LINGUIST List 7.834

Thu Jun 6 1996

Disc: Linguistic Society of America & Political Correctness

Editor for this issue: Ann Dizdar <dizdartam2000.tamu.edu>


Directory

  1. Greg Jacobs, THE LESBIAN/GAY THING
  2. JOSEPH FREDERICK FOSTER, Re: 7.763, Disc: Linguistic Society of America & Political , Correctness
  3. benji wald, pc, the lexical item

Message 1: THE LESBIAN/GAY THING

Date: Tue, 04 Jun 1996 12:42:36 EDT
From: Greg Jacobs <gjacobsYorkU.CA>
Subject: THE LESBIAN/GAY THING
The LSA (and other organizations) need to adopt a "look locally/think
practically" approach (my apologies to Eckert and McConnell-Ginet for
appropriating their terms).

The reality is that discrimination against gays and lesbians will occur
- and bashings will happen -- whether or not particular states have
anti-lesbian/gay discrimination legislation. So the argument regarding
the safety and comfort of LSA members is fictitious.

(I also recognize that there are some places which really do represent
a very real danger to lesbians and gays, and obviously the LSA should
not be holding its meetings there.)

What you have been really talking about here are those more
high-profile cases where states have either been targetted by
lesbian/gay activists to adopt anti-discrimination legislation, or
those states that are campaigning to adopt ANTI-anti-discrimination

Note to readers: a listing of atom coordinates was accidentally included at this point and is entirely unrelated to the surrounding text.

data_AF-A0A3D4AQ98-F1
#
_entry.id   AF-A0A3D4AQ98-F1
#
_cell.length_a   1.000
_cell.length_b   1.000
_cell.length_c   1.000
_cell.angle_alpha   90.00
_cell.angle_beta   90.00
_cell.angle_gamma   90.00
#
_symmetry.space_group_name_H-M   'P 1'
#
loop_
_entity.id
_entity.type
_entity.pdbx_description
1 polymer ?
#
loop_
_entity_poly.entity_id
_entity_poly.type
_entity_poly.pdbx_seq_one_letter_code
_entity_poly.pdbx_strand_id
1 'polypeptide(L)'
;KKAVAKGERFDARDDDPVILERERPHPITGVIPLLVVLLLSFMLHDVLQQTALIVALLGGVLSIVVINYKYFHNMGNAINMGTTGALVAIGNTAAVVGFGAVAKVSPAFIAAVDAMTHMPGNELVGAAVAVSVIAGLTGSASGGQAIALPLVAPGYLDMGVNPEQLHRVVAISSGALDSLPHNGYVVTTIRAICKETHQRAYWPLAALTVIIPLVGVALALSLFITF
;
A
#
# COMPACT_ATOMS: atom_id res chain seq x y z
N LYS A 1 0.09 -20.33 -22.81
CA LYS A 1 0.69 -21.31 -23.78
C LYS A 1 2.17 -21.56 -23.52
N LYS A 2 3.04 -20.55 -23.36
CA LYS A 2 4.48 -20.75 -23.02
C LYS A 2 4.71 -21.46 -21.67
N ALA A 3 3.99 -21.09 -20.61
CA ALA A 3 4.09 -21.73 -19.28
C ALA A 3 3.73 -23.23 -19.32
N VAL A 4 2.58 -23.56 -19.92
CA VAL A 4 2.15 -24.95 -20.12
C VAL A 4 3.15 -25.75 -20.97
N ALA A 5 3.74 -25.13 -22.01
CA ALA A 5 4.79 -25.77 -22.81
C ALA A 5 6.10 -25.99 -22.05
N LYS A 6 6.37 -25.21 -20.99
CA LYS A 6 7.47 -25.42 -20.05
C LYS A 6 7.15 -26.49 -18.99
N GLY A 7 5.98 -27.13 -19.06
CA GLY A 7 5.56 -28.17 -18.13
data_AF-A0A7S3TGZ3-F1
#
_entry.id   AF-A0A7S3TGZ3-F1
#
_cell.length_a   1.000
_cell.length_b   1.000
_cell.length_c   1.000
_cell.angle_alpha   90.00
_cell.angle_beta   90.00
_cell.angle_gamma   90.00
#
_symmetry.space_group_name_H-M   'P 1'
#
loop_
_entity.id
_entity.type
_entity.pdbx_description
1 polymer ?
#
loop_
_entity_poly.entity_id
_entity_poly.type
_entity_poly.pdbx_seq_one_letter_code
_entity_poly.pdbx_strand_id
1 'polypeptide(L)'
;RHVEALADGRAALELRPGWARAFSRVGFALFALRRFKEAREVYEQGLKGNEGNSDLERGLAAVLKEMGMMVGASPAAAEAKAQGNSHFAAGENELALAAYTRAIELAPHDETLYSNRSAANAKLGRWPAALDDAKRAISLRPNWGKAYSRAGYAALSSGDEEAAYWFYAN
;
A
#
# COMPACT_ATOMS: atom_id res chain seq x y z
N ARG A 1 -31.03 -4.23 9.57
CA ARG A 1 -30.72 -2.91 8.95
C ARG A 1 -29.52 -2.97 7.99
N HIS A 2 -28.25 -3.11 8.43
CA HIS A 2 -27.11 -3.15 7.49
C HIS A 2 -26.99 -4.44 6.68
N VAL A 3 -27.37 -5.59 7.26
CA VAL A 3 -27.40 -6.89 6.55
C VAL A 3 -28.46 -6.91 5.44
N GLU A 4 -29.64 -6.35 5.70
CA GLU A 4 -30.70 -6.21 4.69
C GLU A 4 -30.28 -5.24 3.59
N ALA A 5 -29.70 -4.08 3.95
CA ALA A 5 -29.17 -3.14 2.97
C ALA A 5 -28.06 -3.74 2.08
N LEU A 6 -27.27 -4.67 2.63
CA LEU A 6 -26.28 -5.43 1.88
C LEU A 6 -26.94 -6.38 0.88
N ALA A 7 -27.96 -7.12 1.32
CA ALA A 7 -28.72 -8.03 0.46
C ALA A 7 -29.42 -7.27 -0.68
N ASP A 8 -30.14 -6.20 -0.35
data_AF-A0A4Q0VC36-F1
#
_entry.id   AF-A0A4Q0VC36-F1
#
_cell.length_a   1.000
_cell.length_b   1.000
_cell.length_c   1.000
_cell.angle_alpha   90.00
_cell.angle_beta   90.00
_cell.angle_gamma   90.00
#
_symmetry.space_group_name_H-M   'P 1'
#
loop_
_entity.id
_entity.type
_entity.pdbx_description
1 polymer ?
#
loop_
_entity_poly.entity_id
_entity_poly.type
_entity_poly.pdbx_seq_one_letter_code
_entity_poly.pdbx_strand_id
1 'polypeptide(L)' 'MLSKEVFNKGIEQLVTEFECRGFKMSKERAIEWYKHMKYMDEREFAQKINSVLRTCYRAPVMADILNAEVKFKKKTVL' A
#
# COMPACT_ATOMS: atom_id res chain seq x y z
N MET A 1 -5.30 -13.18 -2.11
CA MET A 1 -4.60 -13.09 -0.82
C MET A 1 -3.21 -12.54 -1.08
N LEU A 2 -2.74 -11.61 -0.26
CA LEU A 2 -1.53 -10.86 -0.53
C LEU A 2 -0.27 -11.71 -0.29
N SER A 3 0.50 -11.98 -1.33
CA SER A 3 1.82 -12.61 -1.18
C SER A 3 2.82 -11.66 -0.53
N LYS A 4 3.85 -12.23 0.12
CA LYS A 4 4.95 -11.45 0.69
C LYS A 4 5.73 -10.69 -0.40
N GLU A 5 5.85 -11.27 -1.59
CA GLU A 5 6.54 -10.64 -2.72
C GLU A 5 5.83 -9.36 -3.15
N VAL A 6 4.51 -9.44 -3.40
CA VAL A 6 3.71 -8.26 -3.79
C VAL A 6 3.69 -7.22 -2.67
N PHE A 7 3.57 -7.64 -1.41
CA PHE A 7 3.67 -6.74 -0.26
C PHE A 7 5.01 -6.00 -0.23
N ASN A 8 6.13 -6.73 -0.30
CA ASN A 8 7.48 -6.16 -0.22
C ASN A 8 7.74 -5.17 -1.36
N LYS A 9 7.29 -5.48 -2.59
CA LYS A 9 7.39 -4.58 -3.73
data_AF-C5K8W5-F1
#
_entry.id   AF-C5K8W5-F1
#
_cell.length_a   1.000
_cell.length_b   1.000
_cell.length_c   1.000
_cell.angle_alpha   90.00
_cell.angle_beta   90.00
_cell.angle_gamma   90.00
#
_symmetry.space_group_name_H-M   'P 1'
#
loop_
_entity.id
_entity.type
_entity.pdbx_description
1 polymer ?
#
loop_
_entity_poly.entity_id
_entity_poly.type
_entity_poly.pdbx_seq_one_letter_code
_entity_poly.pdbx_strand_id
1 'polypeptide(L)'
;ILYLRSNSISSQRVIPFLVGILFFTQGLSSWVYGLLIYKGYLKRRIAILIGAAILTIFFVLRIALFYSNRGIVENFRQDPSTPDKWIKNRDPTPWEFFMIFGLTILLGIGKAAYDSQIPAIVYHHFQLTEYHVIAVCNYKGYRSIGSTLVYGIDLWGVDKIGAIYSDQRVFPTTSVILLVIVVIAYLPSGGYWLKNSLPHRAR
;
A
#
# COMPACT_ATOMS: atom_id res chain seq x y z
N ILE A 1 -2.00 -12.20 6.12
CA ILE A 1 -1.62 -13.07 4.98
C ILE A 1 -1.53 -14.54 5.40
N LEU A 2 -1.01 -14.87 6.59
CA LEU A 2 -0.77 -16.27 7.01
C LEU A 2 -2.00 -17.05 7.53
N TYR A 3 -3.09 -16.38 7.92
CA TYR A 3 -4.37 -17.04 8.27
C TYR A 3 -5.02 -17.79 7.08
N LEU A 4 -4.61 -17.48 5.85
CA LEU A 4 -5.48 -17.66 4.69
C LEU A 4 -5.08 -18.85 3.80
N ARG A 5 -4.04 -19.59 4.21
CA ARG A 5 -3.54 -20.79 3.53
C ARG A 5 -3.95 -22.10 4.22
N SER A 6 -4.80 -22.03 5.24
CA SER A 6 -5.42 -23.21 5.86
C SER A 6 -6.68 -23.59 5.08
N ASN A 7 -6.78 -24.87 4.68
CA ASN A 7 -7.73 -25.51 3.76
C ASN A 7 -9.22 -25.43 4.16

legislation (or have successfuly done so already). As I stated above,
I question whether lesbians and gays will REALLY be at any more danger
in these states, than in any others.

So what the LSA is REALLY talking about is making a political
statement.

A boycott will provide an opportunity to raise important political
messages. And of course, if enough groups boycott, then an economic
impact will surely be felt. This raises the issue of whether the LSA
wants to be a political body. And of course, I suspect the answer is
"no".

So I am tempted to fall into the trap of taking the position: If there
is no REAL risk to the comfort and safety of ALL the members of the LSA
(on the grounds of sexual orientation, race, gender, etc.), then the
politics of a particular region should not at all be a factor in
deciding where meetings are held.

HOWEVER, having said that, we need to look about HOW legislation comes
to be. Believe me, it has absolutely nothing to do with the good will